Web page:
How to Bring Life to Shady Garden Areas

As your trees start to mature, shady areas begin to appear, creating spots where those sun-loving plants no longer thrive. While you may think you are limited to Annabelle hydrangeas and hostas, there are many other plants you may not be familiar with that can liven up those shady areas.

Some of our favorite shade plants include heuchera (coral bells), astilbe, bleeding heart, turtlehead, Jacob’s ladder, and lady’s mantle. Each of these plants provides color either all-season or at alternating periods. While your area may not be large enough to use all these plants, choose ones that will give you color all season, whether it’s foliage color or blooms. Typically, we plant in groupings of singles or multiples of three, so keep that in mind when selecting the number of plants needed for your project. Check out some of our favorites.

Golden Feathers Jacobs Ladder provides both bloom and foliage interest by producing bluish-purple blooms in late spring to early summer and then showcases variegated foliage the rest of the season. This plant prefers to be on the wetter side but not in saturated soil. This variety does not grow large, reaching about 10 inches tall and a foot wide.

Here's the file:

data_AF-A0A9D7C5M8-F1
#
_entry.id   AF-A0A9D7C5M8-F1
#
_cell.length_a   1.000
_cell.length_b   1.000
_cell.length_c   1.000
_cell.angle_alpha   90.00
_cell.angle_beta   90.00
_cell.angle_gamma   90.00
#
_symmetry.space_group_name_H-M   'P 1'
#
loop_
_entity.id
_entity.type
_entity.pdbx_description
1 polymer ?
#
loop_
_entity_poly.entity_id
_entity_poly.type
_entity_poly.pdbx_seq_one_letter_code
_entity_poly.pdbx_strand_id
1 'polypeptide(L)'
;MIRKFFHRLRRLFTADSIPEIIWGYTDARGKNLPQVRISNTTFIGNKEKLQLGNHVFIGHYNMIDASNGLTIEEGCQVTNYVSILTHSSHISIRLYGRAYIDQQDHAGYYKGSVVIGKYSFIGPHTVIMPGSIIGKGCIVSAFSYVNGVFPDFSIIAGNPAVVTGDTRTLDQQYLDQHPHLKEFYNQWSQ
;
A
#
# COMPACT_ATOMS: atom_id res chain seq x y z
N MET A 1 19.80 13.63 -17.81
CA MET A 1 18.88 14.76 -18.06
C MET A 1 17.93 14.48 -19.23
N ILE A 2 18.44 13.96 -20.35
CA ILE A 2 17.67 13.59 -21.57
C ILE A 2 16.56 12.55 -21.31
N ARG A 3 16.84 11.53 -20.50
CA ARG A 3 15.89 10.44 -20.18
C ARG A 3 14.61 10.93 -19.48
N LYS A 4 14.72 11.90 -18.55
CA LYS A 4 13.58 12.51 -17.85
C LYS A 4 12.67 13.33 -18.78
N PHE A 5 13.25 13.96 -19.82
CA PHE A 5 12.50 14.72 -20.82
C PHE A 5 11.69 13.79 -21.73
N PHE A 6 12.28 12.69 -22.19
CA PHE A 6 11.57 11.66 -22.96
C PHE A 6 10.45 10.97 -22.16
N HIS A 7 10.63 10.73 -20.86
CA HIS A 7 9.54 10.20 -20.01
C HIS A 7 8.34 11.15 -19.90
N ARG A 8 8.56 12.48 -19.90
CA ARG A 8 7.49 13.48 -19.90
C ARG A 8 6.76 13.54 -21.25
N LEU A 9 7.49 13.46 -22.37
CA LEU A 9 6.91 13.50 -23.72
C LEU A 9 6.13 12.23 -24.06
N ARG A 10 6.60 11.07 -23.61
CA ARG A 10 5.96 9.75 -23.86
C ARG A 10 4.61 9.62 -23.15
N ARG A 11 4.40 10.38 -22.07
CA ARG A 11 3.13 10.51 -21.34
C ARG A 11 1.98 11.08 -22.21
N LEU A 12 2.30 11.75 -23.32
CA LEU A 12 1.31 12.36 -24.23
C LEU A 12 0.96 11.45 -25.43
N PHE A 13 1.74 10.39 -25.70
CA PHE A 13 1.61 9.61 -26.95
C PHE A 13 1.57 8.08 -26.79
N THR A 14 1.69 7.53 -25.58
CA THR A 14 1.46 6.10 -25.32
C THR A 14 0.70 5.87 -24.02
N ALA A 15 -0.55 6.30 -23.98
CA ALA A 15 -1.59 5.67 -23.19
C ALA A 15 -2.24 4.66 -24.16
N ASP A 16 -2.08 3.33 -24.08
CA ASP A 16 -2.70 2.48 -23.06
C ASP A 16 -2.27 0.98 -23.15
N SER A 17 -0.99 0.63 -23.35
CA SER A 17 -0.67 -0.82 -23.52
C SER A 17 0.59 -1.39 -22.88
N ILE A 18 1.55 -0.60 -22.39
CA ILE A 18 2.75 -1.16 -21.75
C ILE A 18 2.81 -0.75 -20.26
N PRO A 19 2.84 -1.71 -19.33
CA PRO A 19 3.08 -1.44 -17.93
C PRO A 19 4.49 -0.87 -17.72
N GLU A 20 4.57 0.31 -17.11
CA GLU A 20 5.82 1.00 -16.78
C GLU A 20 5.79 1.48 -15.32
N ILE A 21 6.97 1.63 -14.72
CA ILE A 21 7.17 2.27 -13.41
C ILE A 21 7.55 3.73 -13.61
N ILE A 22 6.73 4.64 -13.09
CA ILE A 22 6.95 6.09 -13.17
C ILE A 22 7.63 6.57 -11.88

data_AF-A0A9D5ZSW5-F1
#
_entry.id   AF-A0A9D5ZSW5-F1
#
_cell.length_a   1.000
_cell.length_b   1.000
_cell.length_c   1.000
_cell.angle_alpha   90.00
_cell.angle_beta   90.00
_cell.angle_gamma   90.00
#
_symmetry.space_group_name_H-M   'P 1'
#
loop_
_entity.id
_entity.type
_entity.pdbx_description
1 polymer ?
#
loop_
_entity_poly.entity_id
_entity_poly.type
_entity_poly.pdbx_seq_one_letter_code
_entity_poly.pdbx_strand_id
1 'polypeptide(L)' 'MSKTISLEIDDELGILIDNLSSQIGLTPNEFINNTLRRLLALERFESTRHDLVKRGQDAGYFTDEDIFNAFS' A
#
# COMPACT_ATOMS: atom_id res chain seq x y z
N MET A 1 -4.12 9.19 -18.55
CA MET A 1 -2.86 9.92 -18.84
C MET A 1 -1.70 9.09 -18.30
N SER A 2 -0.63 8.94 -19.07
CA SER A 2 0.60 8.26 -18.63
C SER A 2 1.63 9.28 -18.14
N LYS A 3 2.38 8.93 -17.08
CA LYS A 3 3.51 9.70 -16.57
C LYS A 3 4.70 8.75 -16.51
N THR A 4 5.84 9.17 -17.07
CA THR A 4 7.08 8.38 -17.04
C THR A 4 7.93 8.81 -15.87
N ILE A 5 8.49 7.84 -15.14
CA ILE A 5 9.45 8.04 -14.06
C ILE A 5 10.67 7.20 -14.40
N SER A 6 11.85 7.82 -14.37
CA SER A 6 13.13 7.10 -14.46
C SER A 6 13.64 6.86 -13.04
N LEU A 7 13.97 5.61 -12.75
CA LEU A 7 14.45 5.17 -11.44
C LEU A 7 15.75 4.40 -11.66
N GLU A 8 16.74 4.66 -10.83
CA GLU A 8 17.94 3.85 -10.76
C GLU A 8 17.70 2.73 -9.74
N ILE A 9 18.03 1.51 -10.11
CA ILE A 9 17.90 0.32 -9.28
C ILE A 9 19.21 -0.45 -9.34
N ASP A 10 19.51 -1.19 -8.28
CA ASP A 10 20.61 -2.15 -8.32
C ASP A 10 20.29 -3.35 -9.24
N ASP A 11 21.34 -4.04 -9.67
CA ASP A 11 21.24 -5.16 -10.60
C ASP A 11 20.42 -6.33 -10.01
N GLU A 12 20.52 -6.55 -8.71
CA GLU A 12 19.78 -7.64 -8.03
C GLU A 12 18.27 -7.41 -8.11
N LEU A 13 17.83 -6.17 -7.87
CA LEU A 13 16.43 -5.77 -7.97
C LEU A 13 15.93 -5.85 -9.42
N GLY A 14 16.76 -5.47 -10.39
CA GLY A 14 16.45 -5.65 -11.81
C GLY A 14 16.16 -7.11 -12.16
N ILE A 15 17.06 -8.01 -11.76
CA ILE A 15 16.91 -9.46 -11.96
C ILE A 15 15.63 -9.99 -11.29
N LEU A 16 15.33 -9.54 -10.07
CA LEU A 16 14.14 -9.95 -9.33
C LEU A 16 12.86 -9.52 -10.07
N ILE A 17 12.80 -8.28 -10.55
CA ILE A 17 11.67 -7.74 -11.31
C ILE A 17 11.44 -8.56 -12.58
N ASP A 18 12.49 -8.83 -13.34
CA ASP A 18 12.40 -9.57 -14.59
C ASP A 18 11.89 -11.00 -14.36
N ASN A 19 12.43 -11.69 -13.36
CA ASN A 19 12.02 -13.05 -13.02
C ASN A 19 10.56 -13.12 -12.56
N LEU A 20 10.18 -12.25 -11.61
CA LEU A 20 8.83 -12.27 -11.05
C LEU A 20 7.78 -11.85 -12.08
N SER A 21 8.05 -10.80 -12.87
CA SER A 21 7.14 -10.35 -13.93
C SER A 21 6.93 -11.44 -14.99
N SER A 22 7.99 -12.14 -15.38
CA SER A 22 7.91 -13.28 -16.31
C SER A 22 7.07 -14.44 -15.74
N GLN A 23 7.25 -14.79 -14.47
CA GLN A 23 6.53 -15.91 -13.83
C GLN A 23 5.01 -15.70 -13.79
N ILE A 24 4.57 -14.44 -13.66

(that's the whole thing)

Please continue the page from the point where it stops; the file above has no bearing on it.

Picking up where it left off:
Auslese Lady’s Mantle is a great mounding plant for borders. Yellow blooms appear in the summer on top of green foliage. This plant prefers slightly drier conditions, so allow it to dry out between waterings. Full shade may be too much for this plant, so it is better to allow this plant to receive a little sun.

Hot Lips Turtlehead is one of our favorite shade plants. Blooming in late summer with bright pink flowers, it really brightens up the shady landscape. Growing to about 2 feet tall, make sure to plant it where it will not cover other plants. Turtlehead prefers full shade and wetter conditions, making it perfect for a shade woodland-looking garden.

Keep in mind when selecting plants that not all are suitable for all locations. Planting under evergreen trees sometimes presents additional challenges. Plants such as columbine, anemone, ferns, and lily of the valley will grow under evergreens, as they prefer slightly acidic soil. However, for them to thrive, extra watering is needed as they will compete with the evergreen trees for much-needed moisture.

Your shady spots don’t have to be dull and lifeless! Plant them with a variety of plants with an abundance of color to provide interest all season long.